At the United Nations Human Rights Council in Geneva, the Sri Lankan and U.S. governments are facing off this week over a resolution that the U.S. has proposed but neither side wanted. Sri Lanka's response to the events at the end of its toxic war — the subject of that resolution — has become the driving issue in Sri Lanka's relations with the United States. The resolution may not have much impact on the reconciliation process that is so critical for Sri Lanka's future. For the sake of Sri Lanka, the region and indeed Washington, it is important that reconciliation actually takes place.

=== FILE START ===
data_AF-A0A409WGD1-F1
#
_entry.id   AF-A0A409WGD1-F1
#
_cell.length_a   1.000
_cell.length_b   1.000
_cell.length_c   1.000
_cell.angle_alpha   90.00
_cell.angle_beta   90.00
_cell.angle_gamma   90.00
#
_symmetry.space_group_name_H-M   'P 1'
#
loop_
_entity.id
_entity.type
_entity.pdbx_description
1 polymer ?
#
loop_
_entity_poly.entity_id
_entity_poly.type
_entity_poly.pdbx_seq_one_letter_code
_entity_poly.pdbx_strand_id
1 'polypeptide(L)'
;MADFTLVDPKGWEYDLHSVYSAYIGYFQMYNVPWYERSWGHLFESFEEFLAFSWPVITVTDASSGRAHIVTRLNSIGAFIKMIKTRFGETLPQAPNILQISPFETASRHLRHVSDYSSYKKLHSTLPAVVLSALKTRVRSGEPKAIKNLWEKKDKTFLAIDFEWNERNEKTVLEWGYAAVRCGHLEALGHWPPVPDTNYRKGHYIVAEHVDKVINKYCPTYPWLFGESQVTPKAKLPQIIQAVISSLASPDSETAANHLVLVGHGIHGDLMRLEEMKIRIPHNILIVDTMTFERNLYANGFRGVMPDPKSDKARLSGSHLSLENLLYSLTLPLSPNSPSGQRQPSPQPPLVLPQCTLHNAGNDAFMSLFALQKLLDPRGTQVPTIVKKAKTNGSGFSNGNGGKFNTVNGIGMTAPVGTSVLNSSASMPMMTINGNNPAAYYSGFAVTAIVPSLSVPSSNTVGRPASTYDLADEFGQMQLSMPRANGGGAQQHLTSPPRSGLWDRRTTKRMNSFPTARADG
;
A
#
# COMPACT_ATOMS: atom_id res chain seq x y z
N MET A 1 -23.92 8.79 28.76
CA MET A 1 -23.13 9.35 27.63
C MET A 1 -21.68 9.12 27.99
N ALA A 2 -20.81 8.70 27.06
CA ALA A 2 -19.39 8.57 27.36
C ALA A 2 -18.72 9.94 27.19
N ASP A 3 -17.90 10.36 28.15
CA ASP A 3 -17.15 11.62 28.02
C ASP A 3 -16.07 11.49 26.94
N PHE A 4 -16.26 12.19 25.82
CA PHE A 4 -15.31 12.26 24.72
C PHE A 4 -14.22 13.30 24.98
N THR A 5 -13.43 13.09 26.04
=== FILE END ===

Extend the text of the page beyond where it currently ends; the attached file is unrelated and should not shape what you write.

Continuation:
Human rights have had a high profile in U.S.-Sri Lankan relations for at least three decades. Only since the end of the long civil war in 2009, however, have human rights and war crimes issues come to dominate the relationship. The problem started out as an entirely predictable emotional disconnect between the two countries. Sri Lanka's victory was won in the face of the scepticism of most of its international friends, and in the teeth of its aid donors' urging not to seek a military solution to its ethnic problems. After defeating one of the world's nastiest terrorist organisations, Sri Lanka expected congratulations. Instead, those aid donors, while welcoming the end of the war, put their post-war emphasis on preventing a humanitarian catastrophe and on human rights. Europe and the U.S. reacted to Sri Lanka's declaration of victory by calling for disbanding the camps where displaced Tamils were living in misery. The demands for accountability became more insistent, and from Sri Lanka's perspective more threatening, with the release of information suggesting that Sri Lanka might have committed war crimes in those terrible final days, notably the British Channel 4 news film, replayed in recent days and highly controversial in Sri Lanka.
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